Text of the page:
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Am J Physiol Regul Integr Comp Physiol. 2004 Oct;287(4):R902-10. Epub 2004 Jun 17.

Oxygen limitation of thermal tolerance in cod, Gadus morhua L., studied by magnetic resonance imaging and on-line venous oxygen monitoring.

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Alfred Wegener Institute for Marine and Polar Research, 27568 Bremerhaven, Germany.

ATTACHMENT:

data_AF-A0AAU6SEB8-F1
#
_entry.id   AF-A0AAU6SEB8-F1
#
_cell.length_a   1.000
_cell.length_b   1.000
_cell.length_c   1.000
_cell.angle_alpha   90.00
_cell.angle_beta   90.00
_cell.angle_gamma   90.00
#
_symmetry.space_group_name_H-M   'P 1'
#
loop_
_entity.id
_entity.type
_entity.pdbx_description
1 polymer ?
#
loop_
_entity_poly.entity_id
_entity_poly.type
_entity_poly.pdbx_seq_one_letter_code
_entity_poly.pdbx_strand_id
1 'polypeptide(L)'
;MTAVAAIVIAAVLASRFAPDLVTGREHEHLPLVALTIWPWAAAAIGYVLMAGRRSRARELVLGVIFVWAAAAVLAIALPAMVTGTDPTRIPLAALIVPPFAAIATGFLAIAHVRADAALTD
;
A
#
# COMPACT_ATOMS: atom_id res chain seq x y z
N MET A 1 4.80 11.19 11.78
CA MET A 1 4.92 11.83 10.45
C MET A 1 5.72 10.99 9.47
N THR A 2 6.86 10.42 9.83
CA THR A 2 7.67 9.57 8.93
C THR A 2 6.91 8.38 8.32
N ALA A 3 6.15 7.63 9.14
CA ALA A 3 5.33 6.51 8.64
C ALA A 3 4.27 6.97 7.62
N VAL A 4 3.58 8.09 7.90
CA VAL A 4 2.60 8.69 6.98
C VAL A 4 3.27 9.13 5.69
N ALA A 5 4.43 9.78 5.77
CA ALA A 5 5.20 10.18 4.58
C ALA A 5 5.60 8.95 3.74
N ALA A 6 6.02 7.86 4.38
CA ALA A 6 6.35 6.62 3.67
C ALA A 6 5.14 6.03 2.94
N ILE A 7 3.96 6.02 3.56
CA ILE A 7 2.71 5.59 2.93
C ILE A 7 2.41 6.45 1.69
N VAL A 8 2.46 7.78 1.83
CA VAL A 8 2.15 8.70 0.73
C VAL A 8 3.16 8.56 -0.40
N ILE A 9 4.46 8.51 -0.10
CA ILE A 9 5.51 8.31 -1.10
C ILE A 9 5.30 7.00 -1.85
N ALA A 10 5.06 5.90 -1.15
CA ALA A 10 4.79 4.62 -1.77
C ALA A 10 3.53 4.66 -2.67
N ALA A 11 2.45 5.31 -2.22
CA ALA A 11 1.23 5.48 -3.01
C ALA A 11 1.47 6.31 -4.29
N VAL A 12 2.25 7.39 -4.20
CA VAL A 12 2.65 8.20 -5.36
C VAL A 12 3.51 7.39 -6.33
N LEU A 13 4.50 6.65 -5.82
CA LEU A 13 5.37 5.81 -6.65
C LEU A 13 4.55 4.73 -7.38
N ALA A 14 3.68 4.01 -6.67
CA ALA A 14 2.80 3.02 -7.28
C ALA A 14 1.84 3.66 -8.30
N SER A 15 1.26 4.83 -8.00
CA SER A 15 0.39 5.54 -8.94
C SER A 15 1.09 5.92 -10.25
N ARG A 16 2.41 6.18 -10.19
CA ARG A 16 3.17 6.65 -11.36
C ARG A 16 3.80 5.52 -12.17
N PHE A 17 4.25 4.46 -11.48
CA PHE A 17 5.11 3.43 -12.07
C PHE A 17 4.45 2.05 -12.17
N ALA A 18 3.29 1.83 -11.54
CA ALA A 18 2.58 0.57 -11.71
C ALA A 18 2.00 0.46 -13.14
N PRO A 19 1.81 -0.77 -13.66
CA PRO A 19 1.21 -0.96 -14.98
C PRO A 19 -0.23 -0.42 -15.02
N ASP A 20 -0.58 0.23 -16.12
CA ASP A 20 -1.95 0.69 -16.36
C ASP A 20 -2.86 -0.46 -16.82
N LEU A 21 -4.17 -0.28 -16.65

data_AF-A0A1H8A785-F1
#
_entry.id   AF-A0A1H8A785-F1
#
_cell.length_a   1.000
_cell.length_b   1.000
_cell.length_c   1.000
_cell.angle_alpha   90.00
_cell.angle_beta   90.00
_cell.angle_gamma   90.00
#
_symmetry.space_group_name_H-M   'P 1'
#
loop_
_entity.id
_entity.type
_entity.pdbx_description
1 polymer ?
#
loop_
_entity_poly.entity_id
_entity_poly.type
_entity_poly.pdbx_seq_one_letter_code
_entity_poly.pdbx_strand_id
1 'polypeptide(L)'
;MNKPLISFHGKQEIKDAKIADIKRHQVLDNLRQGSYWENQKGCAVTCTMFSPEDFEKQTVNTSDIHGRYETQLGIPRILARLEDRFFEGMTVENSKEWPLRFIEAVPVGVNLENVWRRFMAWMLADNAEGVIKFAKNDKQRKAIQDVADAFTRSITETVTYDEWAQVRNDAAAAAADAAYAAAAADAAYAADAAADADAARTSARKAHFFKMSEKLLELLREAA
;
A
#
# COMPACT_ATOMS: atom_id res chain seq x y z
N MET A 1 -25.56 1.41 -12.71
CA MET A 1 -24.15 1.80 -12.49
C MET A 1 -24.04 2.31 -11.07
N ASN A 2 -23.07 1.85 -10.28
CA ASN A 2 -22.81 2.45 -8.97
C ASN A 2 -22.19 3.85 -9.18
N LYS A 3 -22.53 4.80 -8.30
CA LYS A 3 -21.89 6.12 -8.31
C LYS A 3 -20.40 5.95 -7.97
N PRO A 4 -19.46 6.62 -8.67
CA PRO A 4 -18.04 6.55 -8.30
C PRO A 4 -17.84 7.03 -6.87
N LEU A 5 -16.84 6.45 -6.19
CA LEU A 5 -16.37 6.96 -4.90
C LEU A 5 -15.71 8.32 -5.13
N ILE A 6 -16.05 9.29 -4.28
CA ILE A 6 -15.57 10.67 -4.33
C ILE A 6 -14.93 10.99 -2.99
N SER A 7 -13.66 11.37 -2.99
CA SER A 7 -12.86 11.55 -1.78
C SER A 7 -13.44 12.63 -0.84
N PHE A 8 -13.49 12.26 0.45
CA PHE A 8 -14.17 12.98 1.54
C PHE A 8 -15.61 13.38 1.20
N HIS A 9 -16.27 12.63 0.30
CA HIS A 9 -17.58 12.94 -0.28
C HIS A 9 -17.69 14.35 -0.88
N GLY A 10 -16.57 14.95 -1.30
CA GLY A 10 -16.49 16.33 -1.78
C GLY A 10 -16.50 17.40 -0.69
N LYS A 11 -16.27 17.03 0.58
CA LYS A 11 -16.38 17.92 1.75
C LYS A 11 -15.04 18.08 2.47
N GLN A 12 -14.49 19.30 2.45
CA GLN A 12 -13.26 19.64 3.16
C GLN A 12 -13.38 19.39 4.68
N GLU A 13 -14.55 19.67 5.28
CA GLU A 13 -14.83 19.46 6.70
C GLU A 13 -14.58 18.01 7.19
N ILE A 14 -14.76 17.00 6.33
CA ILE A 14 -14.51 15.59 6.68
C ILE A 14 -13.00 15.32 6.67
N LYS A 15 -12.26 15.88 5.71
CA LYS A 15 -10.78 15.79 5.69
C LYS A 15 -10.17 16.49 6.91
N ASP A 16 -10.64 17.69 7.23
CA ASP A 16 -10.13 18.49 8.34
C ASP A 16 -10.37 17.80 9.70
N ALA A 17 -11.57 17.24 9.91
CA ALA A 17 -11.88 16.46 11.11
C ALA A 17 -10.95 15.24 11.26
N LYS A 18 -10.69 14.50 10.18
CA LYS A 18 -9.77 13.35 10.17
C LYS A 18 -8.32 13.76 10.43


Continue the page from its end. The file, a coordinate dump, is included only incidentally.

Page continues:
The hypothesis of an oxygen-limited thermal tolerance due to restrictions in cardiovascular performance at extreme temperatures was tested in Atlantic cod, Gadus morhua (North Sea). Heart rate, changes in arterial and venous blood flow, and venous oxygen tensions were determined during an acute temperature change to define pejus ("getting worse") temperatures that border the thermal optimum range. An exponential increase in heart rate occurred between 2 and 16 degrees C (Q(10) = 2.38 +/- 0.35). Thermal sensitivity was reduced beyond 16 degrees C when cardiac arrhythmia became visible. Flow-weighted magnetic resonance imaging (MRI) measurements of temperature-dependent blood flow revealed no exponential but a hyperbolic increase of blood flow with a moderate linear increase at temperatures >4 degrees C. Therefore, temperature-dependent heart rate increments are not mirrored by similar increments in blood flow. Venous Po(2) (Pv(O(2))), which reflects the quality of oxygen supply to the heart of cod (no coronary circulation present), followed an inverse U-shaped curve with highest Pv(O(2)) levels at 5.0 +/- 0.2 degrees C. Thermal limitation of circulatory performance in cod set in below 2 degrees C and beyond 7 degrees C, respectively, characterized by decreased Pv(O(2)). Further warming led to a sharp drop in Pv(O(2)) beyond 16.1 +/- 1.2 degrees C in accordance with the onset of cardiac arrhythmia and, likely, the critical temperature. In conclusion, progressive cooling or warming brings cod from a temperature range of optimum cardiac performance into a pejus range, when aerobic scope falls before critical temperatures are reached. These patterns might cause a shift in the geographical distribution of cod with global warming.

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